Mrs. Forbes said that hating yellow and brown is just being silly. And Siobhan said that she shouldn’t say things like that and everyone has favorite colors. And Siobhan was right. But Mrs. Forbes was a bit right, too. Because it is sort of being silly. But in life you have to take lots of decisions and if you don’t take decisions you would never do anything because you would spend all your time choosing between things you could do. So it is good to have a reason why you hate some things and you like others. It is like being in a restaurant... and you look at the menu and you have to choose what you are going to have... so you have favorite foods and you choose these, and you have foods you don’t like and you don’t choose these, and then it is simple.

Related Characters: Christopher John Francis Boone (speaker), Siobhan, Mrs. Forbes
Page Number: 85
Explanation and Analysis:

One of Christopher’s personal rules in life is to avoid anything yellow or brown, particularly food, because he doesn’t like these colors. He acknowledges that this is somewhat arbitrary, and perhaps foolish, but he also thinks it isn’t as absurd as Mrs. Forbes thinks. Although it seems strange to most people, he points out that most people have likes and dislikes, and this phenomenon actually helps them move through life in a more efficient way. If people didn’t have preferences, they would never be able to make all of the rather insignificant decisions that come their way on a daily basis. Christopher’s logic thus manages to make a preference that initially seems strange actually make sense. Although his autism makes him react to many situations in ways that at first seem illogical or unwarranted, he usually has a good reason for acting as he does.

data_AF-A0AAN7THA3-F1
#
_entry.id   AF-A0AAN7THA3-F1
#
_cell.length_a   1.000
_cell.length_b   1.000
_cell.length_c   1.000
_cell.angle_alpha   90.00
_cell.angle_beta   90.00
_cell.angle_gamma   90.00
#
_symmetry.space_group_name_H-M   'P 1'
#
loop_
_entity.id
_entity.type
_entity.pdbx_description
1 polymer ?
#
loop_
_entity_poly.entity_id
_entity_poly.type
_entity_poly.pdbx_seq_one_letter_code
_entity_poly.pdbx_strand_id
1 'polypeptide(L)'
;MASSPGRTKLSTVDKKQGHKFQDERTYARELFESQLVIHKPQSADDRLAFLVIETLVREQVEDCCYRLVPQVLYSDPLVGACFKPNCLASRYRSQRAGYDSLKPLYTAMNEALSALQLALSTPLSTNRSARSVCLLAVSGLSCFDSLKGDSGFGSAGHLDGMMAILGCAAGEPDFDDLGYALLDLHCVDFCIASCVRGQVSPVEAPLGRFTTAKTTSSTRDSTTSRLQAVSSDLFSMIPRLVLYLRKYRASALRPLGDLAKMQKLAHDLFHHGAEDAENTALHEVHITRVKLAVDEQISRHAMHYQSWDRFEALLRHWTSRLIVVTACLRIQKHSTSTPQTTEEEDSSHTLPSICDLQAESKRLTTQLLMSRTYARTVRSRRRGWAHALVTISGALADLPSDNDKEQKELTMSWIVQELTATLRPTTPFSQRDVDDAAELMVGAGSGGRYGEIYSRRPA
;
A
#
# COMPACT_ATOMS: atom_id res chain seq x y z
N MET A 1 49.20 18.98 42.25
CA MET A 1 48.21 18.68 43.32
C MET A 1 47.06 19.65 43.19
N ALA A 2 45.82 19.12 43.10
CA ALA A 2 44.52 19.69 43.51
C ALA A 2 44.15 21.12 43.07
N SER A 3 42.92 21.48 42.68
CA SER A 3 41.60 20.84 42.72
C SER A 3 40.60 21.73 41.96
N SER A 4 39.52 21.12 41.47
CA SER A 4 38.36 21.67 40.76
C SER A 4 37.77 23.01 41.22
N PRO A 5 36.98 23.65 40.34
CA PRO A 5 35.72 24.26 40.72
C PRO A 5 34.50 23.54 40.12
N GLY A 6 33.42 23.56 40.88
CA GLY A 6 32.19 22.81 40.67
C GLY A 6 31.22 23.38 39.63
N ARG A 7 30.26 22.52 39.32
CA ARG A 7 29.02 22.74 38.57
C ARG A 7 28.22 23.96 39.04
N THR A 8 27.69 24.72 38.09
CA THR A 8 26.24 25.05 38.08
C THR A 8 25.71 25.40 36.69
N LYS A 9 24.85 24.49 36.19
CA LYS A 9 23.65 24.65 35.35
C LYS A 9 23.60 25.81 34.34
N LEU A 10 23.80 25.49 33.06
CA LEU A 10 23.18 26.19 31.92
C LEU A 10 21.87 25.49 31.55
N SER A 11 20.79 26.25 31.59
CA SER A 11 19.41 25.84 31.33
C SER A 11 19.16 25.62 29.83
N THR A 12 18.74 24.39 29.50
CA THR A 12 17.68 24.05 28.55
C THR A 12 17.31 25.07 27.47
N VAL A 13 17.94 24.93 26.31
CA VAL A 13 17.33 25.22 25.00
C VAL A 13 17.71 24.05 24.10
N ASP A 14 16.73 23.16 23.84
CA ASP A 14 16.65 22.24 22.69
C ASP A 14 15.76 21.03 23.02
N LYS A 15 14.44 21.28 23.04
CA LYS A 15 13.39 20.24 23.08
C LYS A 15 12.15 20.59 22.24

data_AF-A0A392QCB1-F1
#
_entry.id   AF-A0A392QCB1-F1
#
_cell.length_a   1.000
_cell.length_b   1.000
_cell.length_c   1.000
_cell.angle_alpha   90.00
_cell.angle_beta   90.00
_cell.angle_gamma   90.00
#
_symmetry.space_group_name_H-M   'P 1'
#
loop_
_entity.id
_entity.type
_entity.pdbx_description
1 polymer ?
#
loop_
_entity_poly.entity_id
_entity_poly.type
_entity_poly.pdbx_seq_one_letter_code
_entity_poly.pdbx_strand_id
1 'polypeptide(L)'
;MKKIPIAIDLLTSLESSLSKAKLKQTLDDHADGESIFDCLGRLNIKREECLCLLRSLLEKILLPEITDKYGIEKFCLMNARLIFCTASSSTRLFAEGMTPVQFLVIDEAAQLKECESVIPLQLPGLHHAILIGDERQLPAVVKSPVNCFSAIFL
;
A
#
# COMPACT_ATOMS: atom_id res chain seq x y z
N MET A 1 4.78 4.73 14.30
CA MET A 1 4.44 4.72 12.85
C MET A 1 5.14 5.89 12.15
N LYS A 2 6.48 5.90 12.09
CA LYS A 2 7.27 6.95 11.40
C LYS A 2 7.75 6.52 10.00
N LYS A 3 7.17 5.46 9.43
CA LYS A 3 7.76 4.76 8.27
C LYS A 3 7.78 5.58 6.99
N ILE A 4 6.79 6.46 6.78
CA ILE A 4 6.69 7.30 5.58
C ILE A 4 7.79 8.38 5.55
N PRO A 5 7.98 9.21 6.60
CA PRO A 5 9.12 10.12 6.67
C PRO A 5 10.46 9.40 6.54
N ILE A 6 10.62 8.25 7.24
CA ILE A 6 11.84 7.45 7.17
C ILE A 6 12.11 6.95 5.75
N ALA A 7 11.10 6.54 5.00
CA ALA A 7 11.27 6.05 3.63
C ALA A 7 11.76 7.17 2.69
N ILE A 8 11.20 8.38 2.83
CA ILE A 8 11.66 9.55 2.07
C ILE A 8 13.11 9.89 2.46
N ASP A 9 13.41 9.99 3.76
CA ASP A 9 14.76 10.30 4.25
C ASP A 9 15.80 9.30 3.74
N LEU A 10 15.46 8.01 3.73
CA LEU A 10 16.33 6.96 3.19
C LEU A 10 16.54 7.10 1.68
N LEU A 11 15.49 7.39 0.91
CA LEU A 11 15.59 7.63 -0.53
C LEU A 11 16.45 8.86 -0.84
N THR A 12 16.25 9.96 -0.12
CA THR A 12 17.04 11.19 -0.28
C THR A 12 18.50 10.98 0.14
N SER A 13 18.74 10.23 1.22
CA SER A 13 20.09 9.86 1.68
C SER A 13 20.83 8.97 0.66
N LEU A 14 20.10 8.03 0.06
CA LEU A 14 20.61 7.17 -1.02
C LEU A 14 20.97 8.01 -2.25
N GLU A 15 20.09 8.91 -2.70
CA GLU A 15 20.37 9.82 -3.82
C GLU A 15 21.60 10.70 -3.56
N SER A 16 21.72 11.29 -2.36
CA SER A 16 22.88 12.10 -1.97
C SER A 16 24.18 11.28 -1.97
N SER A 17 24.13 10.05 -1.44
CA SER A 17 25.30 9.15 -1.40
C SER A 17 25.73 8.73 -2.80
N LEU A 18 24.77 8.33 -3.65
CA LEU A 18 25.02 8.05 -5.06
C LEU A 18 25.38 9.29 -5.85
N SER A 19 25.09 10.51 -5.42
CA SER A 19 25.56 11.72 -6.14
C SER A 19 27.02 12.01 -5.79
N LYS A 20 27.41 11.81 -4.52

Chapter 163 Quotes

And this is why people’s brains are like computers. And it’s not because they are special but because they have to keep turning off for fractions of a second while the screen changes. And because there is something they can’t see people think it has to be special, because people always think there is something special about what they can’t see...

Also people think they’re not computers because they have feelings and computers don’t have feelings. But feelings are just having a picture on the screen in your head of what is going to happen tomorrow or next year, or what might have happened instead of what did happen, and if it is a happy picture they smile and if it is a sad picture they cry.